Twitter needs to learn how to multitask.
That’s the general takeaway from the social communication company’s second-quarter earnings report today, where the company reported a loss of one million total monthly active users, but alluded to a bigger loss to come in this fall. It blamed the decline in users on its efforts to improve Twitter’s “health” — removing bots and spam and improving other nasty parts of the service that have plagued it for years.
And so, its stock was down almost 17 percent in pre-market trading.
Twitter’s decision to delete bots and spammy accounts isn’t the only thing that’s driving its user base to shrink, though. The company says that “many of the removed accounts have already been excluded” from the user figures it reports. Instead, Twitter’s growth is hurting because the company isn’t focusing on much outside of its cleanup effort.
“We are making active decisions to prioritize health initiatives over near-term product improvements that may drive more usage of Twitter as a daily utility,” the company wrote in its earnings letter. “As we began 2018, we made deliberate decisions to allocate product and engineering resources that had previously been focused on product improvements designed to deliver growth in audience and engagement to projects related to preparing for GDPR and broader platform health.”
We have two thoughts here:
- This is good. Twitter’s “health” is by far the most important thing the company can and should be focused on. Without a network of people who want to use the product, and who feel safe using the product, Twitter will always just be what it is: A great way to get news, but a terrible place to talk about and debate that news. The health of Twitter has been so bad in the past, it’s even hurt the company’s chances at being acquired. You can’t and shouldn’t blame CEO Jack Dorsey for making this a priority.
- That said, is cleaning up Twitter such a demanding job that the company can’t continue to make “product improvements designed to deliver growth in audience and engagement”? Twitter is not a new company. It’s been around for more than 12 years, and has more than 3,500 employees. It seems reasonable to expect it to be able to do two things at once.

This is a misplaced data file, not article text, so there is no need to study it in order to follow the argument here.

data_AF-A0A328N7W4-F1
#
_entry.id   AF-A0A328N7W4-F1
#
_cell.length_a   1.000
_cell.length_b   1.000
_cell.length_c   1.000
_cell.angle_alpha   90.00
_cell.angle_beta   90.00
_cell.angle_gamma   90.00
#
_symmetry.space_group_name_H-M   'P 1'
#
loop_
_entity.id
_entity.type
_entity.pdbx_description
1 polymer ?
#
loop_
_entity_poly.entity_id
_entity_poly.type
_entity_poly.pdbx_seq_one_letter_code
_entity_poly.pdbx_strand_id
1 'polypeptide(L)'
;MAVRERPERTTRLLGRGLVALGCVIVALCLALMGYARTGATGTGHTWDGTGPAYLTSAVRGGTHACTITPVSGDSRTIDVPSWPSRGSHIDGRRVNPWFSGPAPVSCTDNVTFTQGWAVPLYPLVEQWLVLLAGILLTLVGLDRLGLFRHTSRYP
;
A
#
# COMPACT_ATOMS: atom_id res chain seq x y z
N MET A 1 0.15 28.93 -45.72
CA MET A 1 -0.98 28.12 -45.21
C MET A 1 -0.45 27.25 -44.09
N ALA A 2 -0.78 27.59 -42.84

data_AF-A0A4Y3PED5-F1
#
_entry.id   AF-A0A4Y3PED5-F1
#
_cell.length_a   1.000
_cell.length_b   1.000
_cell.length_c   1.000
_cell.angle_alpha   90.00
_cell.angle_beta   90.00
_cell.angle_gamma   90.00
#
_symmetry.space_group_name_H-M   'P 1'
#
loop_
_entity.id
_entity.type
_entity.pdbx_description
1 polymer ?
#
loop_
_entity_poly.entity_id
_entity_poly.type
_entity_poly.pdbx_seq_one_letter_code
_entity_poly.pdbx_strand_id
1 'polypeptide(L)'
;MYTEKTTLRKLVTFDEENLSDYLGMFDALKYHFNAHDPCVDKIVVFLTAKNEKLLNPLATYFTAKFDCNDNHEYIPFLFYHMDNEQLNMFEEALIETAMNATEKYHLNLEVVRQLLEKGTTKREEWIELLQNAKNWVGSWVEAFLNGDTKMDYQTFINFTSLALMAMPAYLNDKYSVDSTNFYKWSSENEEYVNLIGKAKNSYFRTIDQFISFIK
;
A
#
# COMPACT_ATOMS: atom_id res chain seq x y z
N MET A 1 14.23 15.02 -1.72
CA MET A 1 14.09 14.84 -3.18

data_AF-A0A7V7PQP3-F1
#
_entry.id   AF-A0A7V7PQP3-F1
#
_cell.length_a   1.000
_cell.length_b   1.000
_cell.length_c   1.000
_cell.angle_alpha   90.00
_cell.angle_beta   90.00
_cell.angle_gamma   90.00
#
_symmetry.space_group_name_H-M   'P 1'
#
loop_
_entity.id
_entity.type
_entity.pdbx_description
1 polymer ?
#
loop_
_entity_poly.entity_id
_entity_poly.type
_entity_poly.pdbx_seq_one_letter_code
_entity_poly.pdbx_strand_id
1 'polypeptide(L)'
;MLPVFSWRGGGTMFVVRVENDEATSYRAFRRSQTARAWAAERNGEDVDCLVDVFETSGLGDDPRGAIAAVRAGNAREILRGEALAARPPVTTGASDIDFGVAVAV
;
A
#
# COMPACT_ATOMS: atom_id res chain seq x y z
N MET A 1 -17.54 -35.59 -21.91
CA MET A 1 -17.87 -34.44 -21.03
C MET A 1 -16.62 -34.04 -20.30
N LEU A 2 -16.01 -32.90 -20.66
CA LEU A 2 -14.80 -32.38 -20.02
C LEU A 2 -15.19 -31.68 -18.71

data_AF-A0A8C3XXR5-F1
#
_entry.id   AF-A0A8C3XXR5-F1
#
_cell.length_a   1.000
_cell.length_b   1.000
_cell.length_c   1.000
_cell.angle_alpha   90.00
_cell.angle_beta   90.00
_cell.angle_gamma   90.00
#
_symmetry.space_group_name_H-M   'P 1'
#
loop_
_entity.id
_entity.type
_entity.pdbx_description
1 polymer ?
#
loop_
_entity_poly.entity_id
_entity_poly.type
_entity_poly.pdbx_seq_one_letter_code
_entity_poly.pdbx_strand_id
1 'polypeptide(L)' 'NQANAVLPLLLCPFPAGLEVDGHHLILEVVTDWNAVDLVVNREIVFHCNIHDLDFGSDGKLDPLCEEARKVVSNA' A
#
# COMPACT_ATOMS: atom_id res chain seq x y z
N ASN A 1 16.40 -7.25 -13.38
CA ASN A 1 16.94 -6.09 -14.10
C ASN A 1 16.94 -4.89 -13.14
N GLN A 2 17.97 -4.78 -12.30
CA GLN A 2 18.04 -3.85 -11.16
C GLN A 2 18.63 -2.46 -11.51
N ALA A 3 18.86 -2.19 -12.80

The best-case scenario is that Twitter’s cleanup work eventually leads to the kind of user growth it never would have achieved without it. That’s what Dorsey said on Twitter’s earnings call this morning. “It’s a growth factor over the long term,” he said of the cleanup efforts. When users don’t need to report bots or spam, or mute abusive comments and tweets, it makes the experience much better. It may even encourage users to tell their friends about using the service,
Dorsey added. “We do believe, ultimately over time, that this will help our growth story.”
It could already be working on existing users. Twitters daily active users were up 11 percent last quarter, its seventh straight quarter of double-digit growth. It’s a growth stat that the company loves to highlight, but it lacks the kind of punch the company would like, because it doesn’t share its actual number of daily users — just its percentage growth.
How long will Twitter’s cleanup take? That’s the next logical question, and the company doesn’t have a good answer. “We don’t think that this work will necessarily ever be done,” Dorsey said on the earnings call. “There’s still a lot ahead,” he added, but said Twitter could move at “a much more rapid pace” in the future.
So, we’d ask, when will it re-prioritize those other feature additions?
Investors, of course, are not patient, although they also shouldn’t be the ones driving Twitter’s thinking. But it might be worth the wait. Despite its troubles, Twitter has grown to 335 million users around the world, is the social network of choice of many of the world’s most influential people, including the president of the United States and has incredible social impact.
What could a “healthy” version of Twitter look like? Dorsey hopes you’ll stick around long enough to find out.This post was originally published here